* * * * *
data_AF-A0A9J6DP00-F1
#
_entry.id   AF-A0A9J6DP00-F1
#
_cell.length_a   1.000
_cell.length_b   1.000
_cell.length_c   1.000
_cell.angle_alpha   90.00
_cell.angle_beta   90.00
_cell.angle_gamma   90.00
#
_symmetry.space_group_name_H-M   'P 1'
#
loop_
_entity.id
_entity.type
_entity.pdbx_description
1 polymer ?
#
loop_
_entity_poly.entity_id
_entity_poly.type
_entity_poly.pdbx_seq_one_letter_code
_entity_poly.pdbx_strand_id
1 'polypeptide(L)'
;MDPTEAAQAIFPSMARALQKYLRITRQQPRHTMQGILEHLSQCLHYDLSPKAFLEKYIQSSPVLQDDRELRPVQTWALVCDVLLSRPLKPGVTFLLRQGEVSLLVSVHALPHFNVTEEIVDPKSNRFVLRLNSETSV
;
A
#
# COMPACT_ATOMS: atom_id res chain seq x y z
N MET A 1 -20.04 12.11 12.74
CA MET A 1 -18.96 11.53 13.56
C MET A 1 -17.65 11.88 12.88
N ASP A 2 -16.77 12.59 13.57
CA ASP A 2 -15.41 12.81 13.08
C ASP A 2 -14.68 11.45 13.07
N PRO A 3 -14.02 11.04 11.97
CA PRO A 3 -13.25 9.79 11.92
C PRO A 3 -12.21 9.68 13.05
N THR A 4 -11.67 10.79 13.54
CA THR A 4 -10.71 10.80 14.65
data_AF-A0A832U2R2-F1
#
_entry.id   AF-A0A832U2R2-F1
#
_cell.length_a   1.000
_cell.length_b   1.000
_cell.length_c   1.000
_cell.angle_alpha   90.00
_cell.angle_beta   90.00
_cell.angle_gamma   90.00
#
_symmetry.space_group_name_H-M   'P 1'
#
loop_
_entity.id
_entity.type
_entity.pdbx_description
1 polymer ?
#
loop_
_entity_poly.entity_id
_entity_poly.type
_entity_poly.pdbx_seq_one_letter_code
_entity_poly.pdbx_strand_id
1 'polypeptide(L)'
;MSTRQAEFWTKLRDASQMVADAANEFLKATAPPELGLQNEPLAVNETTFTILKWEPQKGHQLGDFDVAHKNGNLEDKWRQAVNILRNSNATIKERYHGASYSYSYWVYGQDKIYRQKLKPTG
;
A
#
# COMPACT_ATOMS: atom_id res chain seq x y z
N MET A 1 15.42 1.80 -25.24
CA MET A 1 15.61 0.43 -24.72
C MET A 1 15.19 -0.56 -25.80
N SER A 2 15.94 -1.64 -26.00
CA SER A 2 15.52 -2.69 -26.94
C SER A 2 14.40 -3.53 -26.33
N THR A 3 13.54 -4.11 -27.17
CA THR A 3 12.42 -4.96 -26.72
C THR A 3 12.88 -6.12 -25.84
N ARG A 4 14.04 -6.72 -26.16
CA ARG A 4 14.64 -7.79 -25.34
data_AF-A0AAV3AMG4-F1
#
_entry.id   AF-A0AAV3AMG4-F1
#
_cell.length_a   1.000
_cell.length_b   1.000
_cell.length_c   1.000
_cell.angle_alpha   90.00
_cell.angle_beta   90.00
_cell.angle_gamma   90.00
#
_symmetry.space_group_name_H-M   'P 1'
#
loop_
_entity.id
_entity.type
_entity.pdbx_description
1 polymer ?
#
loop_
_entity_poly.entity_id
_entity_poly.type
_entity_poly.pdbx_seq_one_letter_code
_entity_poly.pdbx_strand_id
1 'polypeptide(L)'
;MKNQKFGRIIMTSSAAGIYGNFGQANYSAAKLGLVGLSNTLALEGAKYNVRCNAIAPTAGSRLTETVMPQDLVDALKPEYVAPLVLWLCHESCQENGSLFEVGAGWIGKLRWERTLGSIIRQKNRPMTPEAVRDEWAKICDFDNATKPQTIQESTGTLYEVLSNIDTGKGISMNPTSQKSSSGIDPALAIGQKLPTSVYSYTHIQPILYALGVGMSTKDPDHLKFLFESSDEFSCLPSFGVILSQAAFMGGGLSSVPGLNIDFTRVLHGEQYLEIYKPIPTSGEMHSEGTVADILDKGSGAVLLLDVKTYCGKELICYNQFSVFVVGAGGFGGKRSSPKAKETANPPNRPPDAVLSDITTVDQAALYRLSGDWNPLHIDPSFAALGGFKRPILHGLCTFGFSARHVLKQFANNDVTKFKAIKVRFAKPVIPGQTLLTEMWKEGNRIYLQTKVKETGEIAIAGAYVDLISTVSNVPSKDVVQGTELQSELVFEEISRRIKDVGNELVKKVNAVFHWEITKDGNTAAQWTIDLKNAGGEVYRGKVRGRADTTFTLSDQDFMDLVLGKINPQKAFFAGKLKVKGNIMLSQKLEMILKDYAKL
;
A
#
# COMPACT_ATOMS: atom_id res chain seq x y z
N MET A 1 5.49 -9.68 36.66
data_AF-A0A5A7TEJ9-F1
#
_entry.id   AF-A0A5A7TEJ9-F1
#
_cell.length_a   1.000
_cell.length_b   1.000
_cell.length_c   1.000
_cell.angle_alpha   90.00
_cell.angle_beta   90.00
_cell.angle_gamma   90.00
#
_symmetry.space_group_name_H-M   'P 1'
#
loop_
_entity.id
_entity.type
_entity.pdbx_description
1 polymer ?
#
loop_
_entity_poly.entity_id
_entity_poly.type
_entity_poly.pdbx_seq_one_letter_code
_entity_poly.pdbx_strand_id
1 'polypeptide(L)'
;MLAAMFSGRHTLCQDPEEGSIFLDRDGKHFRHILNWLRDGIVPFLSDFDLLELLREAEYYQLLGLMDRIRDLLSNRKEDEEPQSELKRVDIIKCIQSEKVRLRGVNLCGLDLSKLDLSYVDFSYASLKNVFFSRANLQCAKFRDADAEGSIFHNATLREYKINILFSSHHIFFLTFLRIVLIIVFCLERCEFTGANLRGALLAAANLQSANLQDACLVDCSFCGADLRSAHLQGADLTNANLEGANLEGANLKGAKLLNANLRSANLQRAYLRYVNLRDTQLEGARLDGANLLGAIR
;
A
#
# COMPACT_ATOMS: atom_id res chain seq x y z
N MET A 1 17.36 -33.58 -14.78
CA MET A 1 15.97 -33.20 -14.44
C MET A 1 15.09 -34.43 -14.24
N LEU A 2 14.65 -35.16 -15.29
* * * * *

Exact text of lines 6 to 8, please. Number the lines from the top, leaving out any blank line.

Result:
_cell.length_b   1.000
_cell.length_c   1.000
_cell.angle_alpha   90.00